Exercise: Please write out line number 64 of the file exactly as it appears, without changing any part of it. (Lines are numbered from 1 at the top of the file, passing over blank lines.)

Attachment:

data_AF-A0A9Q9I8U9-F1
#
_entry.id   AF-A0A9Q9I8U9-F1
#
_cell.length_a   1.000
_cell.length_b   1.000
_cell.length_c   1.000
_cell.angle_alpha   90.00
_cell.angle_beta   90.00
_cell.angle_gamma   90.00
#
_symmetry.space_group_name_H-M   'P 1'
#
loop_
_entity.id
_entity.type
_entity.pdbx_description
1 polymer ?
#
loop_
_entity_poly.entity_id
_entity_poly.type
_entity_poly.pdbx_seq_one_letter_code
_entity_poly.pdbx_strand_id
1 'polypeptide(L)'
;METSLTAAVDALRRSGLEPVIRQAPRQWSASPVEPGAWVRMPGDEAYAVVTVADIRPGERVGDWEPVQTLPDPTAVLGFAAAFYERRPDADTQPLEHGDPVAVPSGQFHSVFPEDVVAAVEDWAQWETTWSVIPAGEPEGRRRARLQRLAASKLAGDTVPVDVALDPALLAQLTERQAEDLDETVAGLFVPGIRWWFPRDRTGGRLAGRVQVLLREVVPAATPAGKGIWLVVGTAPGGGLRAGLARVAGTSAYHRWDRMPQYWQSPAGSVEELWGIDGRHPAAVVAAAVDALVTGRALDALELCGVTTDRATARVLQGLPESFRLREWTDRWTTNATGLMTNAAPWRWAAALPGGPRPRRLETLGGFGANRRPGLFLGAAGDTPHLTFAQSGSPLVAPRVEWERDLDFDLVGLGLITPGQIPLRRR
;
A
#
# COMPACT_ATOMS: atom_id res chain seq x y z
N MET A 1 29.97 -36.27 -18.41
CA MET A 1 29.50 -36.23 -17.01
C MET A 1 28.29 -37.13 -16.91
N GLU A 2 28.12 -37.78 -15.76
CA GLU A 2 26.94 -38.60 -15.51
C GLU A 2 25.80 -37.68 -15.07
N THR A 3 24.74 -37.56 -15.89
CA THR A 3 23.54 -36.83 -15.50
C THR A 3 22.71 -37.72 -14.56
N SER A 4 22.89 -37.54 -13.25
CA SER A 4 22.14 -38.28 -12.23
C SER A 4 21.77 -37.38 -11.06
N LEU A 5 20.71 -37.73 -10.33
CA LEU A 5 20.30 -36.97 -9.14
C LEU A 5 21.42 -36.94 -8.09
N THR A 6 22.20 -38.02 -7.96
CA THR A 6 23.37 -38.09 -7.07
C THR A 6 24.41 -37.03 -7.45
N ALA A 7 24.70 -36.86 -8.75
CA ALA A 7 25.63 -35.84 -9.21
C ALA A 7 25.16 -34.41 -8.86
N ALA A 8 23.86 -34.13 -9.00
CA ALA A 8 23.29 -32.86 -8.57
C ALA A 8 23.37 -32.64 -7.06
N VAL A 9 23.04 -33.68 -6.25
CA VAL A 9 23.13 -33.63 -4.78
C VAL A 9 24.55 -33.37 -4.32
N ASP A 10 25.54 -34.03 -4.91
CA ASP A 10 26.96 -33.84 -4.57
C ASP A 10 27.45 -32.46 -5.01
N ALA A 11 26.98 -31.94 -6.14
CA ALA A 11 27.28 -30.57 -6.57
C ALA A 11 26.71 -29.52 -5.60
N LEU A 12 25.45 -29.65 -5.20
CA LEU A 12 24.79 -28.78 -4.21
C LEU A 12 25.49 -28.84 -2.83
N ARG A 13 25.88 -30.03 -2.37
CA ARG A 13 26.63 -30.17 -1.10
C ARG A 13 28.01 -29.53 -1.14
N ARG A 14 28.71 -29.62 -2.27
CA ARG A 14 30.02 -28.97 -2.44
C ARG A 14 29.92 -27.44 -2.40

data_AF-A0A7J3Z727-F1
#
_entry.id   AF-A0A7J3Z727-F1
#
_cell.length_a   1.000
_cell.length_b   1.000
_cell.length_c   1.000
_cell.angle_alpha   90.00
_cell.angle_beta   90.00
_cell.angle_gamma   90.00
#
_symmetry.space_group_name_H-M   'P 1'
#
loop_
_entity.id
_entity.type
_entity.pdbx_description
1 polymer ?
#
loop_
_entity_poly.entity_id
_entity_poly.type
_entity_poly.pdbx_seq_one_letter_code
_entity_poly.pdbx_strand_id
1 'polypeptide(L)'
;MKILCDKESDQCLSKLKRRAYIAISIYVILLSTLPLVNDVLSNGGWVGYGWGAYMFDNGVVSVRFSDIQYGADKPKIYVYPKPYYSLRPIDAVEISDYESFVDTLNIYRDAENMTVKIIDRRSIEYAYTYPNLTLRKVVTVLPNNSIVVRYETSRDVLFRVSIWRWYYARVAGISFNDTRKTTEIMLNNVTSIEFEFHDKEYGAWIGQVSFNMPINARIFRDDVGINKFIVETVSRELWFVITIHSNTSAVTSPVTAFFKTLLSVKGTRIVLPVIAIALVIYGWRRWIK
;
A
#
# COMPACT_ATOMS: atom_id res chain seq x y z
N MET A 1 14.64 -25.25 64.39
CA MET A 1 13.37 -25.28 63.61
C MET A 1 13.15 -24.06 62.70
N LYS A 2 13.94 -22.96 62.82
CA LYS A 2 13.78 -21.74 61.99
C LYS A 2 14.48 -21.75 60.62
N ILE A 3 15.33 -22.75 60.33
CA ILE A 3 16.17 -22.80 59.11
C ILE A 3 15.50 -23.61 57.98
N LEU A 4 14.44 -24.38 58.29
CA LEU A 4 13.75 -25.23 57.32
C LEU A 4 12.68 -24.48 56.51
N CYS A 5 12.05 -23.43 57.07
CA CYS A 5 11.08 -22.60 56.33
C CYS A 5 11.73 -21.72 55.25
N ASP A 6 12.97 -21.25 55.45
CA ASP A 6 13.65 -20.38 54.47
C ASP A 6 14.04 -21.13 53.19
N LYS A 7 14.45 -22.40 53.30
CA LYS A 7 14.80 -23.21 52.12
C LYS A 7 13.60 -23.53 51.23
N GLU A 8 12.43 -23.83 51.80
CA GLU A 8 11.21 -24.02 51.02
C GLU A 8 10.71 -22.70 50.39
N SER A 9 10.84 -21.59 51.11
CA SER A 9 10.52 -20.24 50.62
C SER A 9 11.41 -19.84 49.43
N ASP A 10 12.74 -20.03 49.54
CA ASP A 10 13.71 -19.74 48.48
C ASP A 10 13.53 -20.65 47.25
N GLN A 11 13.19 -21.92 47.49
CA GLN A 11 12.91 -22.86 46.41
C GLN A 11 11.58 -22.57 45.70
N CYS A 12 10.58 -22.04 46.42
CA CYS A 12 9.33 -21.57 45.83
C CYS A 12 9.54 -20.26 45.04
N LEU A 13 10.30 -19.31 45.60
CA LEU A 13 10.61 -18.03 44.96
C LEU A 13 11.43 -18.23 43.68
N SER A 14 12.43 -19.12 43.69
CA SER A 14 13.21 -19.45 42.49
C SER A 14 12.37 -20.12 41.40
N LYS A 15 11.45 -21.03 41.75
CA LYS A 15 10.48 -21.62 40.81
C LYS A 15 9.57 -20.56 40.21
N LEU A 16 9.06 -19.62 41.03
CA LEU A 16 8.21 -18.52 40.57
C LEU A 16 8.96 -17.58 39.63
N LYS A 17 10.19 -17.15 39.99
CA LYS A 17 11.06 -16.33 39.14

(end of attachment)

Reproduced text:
N LEU A 12 25.45 -29.65 -5.20